Tuesday, March 18, 2008

Excluding violent young people does not help to reduce offending and anti-social behaviour

In Monday's Times another striking article described the level of anti-social and challenging behaviour taking place in our schools and cities, with the consequential stress and fears experienced by nearly a third of our teachers. Most teachers apparently said that pupil behaviour had worsened. Critically, there is increasing evidence to show that many of these young people go on to commit higher levels of anti-social behaviour, substance misuse and serious crime.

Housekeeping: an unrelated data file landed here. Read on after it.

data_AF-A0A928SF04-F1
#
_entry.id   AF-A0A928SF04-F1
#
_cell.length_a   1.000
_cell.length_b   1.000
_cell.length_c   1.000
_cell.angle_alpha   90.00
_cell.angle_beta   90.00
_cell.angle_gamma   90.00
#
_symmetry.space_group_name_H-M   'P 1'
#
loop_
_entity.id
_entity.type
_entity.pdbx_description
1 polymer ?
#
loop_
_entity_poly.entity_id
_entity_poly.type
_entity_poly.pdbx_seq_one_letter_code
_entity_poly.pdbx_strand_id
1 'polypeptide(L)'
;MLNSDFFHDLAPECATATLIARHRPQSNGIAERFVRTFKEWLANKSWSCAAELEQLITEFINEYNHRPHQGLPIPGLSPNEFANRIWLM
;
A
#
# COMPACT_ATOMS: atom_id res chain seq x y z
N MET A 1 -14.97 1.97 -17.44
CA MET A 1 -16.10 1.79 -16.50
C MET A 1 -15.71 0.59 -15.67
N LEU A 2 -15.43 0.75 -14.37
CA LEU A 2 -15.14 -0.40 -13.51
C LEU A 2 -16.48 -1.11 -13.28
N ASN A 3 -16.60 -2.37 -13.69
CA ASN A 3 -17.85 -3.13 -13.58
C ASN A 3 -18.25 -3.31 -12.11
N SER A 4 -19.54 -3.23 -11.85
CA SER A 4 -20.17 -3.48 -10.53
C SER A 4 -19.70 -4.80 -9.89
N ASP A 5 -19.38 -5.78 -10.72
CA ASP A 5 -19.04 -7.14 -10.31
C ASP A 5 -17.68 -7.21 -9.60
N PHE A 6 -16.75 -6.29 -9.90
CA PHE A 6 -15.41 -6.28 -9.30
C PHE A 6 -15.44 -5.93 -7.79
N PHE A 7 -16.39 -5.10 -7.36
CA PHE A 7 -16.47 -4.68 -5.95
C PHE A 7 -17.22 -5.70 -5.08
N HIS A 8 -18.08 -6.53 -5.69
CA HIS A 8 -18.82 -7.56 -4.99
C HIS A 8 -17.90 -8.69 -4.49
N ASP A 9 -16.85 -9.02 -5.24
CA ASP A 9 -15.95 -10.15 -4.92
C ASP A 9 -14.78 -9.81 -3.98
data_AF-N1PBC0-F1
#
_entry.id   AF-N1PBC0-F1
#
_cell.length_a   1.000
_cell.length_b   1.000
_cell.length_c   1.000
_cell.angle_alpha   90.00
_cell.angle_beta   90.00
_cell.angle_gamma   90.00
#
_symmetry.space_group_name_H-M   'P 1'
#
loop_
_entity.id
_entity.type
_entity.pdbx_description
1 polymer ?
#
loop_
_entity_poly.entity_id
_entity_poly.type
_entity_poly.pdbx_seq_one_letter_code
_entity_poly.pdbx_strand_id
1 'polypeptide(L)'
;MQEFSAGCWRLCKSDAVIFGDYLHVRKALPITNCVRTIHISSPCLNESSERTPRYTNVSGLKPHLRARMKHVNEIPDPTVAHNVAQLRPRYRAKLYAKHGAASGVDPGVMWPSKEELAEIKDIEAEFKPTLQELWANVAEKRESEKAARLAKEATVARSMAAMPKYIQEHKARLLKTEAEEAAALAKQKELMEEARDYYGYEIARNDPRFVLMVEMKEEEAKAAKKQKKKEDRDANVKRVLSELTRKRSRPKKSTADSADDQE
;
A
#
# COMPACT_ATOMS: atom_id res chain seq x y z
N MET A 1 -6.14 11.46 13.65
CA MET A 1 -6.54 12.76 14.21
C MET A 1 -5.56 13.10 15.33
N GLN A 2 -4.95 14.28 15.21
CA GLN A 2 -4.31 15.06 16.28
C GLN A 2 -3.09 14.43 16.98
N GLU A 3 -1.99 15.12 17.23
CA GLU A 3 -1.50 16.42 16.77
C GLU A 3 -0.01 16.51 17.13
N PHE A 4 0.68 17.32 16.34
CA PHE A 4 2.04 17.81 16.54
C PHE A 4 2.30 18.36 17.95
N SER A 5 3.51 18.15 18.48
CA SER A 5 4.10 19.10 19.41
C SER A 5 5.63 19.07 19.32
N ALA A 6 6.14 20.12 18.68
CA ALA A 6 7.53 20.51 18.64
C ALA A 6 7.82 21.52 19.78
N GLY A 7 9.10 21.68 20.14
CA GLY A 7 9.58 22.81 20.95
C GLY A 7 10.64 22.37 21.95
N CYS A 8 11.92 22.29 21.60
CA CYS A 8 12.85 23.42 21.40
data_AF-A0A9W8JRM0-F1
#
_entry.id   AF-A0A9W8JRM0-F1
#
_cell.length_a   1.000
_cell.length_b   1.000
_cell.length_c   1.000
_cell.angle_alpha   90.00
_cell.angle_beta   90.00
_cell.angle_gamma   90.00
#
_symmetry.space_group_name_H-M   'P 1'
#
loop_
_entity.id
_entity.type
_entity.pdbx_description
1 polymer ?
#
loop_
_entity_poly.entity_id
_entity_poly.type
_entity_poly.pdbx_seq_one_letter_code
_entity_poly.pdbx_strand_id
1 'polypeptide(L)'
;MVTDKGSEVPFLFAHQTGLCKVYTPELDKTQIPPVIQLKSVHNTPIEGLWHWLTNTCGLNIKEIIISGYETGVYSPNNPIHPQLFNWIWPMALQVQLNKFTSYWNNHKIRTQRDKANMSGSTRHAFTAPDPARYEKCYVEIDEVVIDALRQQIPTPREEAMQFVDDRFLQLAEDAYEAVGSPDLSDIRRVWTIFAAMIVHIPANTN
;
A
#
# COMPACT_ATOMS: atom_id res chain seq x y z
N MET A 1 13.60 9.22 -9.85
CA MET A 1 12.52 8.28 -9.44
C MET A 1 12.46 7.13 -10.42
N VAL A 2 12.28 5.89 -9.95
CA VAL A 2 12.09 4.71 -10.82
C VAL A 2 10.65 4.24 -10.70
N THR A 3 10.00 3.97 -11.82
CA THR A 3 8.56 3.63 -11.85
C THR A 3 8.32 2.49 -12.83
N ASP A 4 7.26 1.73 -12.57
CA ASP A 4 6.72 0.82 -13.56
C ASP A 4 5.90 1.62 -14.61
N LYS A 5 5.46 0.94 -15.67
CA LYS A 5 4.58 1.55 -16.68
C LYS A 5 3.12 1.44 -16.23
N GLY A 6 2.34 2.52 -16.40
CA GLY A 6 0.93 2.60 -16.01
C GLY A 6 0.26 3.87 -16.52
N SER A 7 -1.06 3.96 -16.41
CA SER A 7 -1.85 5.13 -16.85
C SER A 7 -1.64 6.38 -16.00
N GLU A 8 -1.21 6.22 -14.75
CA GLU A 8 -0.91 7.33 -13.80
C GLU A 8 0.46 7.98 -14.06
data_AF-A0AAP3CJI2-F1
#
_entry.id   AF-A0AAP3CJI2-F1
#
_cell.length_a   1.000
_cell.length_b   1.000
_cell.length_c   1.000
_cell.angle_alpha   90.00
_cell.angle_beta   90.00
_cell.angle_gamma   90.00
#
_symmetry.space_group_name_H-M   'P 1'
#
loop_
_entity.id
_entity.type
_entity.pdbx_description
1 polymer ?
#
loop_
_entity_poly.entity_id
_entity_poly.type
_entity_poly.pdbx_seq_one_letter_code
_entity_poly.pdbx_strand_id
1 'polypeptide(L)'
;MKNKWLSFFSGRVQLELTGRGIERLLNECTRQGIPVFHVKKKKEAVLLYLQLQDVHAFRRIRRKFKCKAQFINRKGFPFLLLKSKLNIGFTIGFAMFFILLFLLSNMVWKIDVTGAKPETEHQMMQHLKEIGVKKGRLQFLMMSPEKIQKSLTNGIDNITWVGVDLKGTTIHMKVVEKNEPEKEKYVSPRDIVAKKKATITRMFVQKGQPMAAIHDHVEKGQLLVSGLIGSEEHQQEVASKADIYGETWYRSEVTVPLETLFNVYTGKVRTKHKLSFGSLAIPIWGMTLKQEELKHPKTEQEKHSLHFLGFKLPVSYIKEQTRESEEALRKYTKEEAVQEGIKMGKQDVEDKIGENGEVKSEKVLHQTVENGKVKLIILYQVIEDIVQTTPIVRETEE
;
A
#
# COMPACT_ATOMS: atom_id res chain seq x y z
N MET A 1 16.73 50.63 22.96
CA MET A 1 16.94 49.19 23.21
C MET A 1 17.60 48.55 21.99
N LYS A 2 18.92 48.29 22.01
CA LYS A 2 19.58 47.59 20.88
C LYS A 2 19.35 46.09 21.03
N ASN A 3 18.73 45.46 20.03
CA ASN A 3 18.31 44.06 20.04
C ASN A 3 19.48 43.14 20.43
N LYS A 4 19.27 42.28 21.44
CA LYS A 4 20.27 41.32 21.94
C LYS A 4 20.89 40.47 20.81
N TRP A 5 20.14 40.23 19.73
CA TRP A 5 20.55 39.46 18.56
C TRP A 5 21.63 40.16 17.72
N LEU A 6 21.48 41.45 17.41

Regrettably, little recognition is given to the fact that within many groups of society the way the adult population chooses to engage with children and young people is often the root cause of the problem. Rather than recognising that social deprivation and family dysfunction is often at the centre of such behaviour, punishment and retribution are still promoted as the means of addressing it. Until adults and the wider society recognises its own fundamental failings and weaknesses, the situation will undoubtedly worsen. To reduce offending and re-offending we must provide young people with the standards, role models, respect, support and encouragment to change and behave differently. The feelings, thoughts and behaviour expressed and demonstrated by many young people is a direct reflection of what they see and believe as being normal and acceptable. If we expect our young people to change, we must surely be willing to change ourselves.

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